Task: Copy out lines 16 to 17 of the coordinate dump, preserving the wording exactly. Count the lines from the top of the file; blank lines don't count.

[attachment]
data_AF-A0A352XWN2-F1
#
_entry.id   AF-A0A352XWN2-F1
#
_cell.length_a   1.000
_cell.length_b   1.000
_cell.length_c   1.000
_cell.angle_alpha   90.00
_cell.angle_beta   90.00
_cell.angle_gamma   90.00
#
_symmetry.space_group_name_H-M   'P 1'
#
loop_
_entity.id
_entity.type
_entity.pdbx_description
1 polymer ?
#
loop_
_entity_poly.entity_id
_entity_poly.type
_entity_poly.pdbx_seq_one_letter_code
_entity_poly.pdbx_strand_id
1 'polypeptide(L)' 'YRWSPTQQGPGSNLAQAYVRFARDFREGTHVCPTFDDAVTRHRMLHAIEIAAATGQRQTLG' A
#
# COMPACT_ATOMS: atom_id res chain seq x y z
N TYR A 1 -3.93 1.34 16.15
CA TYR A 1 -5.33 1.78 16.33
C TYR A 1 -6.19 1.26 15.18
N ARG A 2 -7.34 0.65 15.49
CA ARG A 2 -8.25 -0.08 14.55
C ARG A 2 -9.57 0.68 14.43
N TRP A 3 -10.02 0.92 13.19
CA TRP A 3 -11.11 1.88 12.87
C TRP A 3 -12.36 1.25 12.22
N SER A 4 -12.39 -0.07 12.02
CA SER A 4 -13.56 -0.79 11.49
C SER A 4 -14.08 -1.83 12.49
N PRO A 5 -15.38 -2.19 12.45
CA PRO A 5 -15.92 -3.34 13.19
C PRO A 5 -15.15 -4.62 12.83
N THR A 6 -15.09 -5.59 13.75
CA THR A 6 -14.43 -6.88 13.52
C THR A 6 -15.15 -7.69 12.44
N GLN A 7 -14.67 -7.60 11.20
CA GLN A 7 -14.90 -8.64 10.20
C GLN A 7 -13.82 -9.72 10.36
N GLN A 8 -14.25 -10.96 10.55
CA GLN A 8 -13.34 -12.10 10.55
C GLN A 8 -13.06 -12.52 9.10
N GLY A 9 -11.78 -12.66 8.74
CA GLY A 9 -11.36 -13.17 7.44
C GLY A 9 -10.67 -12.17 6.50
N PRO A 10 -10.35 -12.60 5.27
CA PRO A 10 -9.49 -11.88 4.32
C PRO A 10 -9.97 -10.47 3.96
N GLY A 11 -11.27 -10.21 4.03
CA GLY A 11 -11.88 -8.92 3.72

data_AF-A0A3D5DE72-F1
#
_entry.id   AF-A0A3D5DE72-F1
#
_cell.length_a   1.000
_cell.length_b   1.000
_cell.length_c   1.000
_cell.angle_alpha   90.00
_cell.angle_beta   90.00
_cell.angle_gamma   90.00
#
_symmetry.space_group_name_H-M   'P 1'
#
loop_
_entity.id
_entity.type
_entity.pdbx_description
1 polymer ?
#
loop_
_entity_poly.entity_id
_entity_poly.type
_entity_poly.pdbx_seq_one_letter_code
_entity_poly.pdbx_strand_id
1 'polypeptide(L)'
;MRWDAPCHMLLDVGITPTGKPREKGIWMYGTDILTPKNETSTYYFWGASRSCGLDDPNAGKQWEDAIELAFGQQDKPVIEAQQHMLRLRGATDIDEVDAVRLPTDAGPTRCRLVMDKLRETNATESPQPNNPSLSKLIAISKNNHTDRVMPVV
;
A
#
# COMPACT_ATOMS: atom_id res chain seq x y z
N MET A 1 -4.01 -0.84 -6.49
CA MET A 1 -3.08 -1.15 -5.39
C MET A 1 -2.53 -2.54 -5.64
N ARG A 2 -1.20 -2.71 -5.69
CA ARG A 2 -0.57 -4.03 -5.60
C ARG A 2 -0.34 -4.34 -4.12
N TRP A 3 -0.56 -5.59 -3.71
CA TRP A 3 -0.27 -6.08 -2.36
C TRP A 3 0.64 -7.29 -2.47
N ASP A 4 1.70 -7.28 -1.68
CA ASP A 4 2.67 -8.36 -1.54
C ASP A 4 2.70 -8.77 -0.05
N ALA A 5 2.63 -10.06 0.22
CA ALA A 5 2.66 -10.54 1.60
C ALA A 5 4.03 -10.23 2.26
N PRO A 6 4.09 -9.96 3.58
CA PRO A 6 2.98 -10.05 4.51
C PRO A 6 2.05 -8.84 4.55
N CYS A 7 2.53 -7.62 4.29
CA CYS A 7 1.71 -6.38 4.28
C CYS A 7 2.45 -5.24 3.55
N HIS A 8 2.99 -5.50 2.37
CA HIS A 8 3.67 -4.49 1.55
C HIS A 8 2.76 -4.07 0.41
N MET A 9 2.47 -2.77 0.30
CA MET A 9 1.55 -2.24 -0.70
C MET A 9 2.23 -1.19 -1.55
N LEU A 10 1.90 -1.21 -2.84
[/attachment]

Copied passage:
_entity.type
_entity.pdbx_description